Kenneth N. Schikler, MD
Letters to the Editor
Mass of individual muscles in the lower extremities of women with the hypermobility type of Ehlers-Danlos syndrome: comment on the article by Rombaut et al
Version of Record online: 30 MAY 2013
Copyright © 2013 by the American College of Rheumatology
Arthritis Care & Research
Volume 65, Issue 6, pages 1016–1017, June 2013
How to Cite
Schikler, K. N. (2013), Mass of individual muscles in the lower extremities of women with the hypermobility type of Ehlers-Danlos syndrome: comment on the article by Rombaut et al. Arthritis Care Res, 65: 1016–1017. doi: 10.1002/acr.21945
- Issue online: 30 MAY 2013
- Version of Record online: 30 MAY 2013
- Accepted manuscript online: 17 JAN 2013 12:00AM EST
To the Editor:
I found the article by Rombaut et al on physical and muscle function impairment in the hypermobility type of Ehlers-Danlos syndrome (EDS-HT) published recently in Arthritis Care & Research to be interesting and provocative (Rombaut L, Malfait F, De Wandele I, Taes Y, Thijs Y, De Paepe A, et al. Muscle mass, muscle strength, functional performance, and physical impairment in women with the hypermobility type of Ehlers-Danlos syndrome. Arthritis Care Res [Hoboken] 2012;64:1584–92). The authors noted that there was not a significant difference in muscle mass in the lower extremities of their subjects and that their technique was “validated against measurements with magnetic resonance imaging.” I wonder if, instead of measuring the muscle mass as lean tissue mass excluding fat and bone from “a diagonal line drawn outward and upward from the groin area through the femoral neck,” the authors were able to look more specifically at the muscle mass of individual muscles, which would have appropriately given a total muscle mass of the lower extremities.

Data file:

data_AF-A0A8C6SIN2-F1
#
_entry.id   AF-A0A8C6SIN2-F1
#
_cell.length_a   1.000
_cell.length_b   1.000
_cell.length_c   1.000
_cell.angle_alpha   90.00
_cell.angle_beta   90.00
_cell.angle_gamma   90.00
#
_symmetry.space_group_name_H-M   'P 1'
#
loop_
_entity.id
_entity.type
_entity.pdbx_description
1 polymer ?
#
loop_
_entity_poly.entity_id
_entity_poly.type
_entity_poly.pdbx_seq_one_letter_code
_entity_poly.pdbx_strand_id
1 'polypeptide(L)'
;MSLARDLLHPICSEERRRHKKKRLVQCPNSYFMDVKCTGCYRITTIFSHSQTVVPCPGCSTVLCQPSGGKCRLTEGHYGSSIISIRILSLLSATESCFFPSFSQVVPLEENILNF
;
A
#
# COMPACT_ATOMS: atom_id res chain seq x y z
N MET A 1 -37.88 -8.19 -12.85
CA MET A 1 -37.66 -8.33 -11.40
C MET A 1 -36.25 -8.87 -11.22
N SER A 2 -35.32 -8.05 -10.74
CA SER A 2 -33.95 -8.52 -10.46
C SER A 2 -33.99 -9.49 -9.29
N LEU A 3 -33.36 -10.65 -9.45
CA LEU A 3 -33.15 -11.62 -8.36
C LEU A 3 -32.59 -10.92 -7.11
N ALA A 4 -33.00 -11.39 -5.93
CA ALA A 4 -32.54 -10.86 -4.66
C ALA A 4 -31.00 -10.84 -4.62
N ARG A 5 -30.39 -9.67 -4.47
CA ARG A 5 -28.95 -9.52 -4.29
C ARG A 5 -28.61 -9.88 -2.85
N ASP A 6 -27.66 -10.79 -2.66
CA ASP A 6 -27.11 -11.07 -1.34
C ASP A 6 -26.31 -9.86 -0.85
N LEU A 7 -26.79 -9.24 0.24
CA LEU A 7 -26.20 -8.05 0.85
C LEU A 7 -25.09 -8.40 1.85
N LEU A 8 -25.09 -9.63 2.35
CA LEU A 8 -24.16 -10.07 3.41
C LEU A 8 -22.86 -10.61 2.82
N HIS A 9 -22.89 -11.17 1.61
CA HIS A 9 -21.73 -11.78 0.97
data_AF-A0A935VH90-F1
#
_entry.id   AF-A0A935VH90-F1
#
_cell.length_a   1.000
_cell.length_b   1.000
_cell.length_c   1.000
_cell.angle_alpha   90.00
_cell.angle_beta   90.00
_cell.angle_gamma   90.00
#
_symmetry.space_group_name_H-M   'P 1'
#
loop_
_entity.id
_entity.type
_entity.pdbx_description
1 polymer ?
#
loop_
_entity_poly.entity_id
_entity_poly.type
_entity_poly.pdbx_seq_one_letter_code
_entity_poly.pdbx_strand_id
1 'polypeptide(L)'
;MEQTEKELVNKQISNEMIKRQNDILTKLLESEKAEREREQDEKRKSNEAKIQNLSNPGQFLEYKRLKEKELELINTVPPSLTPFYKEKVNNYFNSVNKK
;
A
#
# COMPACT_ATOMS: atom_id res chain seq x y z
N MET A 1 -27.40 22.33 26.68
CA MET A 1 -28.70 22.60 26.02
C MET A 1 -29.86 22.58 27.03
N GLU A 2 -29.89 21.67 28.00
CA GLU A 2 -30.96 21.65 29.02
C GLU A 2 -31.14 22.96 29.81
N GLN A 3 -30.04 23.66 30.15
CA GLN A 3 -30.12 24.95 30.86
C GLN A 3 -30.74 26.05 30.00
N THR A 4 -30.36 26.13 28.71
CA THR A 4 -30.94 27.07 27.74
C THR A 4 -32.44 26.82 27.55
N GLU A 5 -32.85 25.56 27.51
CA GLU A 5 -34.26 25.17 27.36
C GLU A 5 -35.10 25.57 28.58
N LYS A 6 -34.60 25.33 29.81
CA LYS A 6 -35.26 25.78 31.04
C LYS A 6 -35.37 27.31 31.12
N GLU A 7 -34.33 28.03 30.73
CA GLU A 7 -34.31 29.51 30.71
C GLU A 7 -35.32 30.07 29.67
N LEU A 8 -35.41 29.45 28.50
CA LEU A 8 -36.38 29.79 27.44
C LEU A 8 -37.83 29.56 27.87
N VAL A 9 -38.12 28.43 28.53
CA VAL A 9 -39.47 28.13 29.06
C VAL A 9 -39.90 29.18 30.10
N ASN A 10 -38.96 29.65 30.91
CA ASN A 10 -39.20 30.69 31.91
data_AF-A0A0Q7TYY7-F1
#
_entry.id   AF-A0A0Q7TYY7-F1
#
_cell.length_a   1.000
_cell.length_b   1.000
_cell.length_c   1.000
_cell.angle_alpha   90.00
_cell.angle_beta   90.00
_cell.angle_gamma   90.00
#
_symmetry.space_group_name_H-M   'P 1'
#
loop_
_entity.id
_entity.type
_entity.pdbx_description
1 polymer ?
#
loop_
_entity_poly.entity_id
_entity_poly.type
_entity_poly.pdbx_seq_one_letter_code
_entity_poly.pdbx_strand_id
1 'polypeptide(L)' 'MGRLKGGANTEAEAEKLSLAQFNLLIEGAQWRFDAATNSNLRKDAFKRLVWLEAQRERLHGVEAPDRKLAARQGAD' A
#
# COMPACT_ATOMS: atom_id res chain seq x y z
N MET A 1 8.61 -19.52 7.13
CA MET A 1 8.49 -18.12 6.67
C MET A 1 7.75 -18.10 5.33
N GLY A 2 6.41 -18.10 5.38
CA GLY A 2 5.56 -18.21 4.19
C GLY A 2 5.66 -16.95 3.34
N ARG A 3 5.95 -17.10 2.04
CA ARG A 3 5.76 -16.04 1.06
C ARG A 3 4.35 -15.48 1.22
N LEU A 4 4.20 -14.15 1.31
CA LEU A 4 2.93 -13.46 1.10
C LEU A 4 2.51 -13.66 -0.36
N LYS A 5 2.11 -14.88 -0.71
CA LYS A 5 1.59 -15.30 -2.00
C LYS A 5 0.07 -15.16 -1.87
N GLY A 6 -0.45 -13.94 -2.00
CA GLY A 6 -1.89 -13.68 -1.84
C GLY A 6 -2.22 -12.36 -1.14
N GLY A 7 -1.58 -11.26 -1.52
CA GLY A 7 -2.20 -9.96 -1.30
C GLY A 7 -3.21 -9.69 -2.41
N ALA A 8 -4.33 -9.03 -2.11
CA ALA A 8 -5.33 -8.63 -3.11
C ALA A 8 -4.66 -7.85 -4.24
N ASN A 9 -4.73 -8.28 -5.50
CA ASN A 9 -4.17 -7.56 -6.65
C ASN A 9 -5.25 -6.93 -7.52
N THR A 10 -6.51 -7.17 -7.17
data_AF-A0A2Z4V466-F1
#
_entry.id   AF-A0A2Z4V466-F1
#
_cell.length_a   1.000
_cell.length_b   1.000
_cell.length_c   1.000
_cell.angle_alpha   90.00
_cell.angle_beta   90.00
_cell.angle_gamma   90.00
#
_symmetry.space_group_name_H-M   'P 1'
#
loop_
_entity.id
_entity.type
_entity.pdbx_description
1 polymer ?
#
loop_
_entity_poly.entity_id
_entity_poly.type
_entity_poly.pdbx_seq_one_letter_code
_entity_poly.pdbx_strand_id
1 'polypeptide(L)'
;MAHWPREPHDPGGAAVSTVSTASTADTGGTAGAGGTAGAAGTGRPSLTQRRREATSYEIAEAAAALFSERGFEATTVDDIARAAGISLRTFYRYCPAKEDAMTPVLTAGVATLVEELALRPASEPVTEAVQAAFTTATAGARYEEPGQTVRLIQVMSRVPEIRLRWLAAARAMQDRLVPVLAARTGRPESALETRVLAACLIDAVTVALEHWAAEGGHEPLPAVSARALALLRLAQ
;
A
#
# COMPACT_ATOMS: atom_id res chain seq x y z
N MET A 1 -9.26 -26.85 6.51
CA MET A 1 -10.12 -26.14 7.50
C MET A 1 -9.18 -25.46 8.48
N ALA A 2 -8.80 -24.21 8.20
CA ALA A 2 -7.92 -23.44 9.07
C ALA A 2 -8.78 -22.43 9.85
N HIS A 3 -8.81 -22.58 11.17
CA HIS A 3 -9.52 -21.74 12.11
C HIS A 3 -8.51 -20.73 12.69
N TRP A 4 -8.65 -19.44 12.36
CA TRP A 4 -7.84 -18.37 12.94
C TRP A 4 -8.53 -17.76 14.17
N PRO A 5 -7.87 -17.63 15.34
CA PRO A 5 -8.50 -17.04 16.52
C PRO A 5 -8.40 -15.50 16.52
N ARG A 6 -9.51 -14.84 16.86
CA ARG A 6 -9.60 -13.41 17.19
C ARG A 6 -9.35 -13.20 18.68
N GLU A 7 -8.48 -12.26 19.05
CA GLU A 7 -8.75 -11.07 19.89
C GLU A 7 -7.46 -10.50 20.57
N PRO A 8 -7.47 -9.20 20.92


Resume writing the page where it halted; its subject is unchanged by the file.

Because patients with the EDS-HT typically have significant genu recurvatum, I would be most interested in knowing what the patients' vastus medialis (VMO) muscle mass was in relation to the muscle mass of the other quadriceps muscles. The VMO is only engaged and exercised in the last 10–20° of extension. For the patient whose knee extends >10°, there are fewer instances in routine daily function where complete extension is necessary. Hence, the VMO is less frequently engaged or exercised when given an opportunity to strengthen. I have found that many patients with significant genu recurvatum have an apparent imbalance of quadriceps strength and frequently have accompanying pain and impaired function secondary to patellofemoral tracking disorder. Do the authors think that a more individualized assessment of the mass of individual muscles in relation to each other might contribute to their findings, in addition to the role of the muscle extracellular matrix composition?
Dr. Schikler has received consultancy fees, speaking fees, and/or honoraria (less than $10,000) from Abbott and owns stock or stock options in Biogen, Curis, Cytori, Enzon, Immunogen, Novartis, Optimer, Osiris, and Trovagene.
University of Louisville School of Medicine
and Kosair Children's Hospital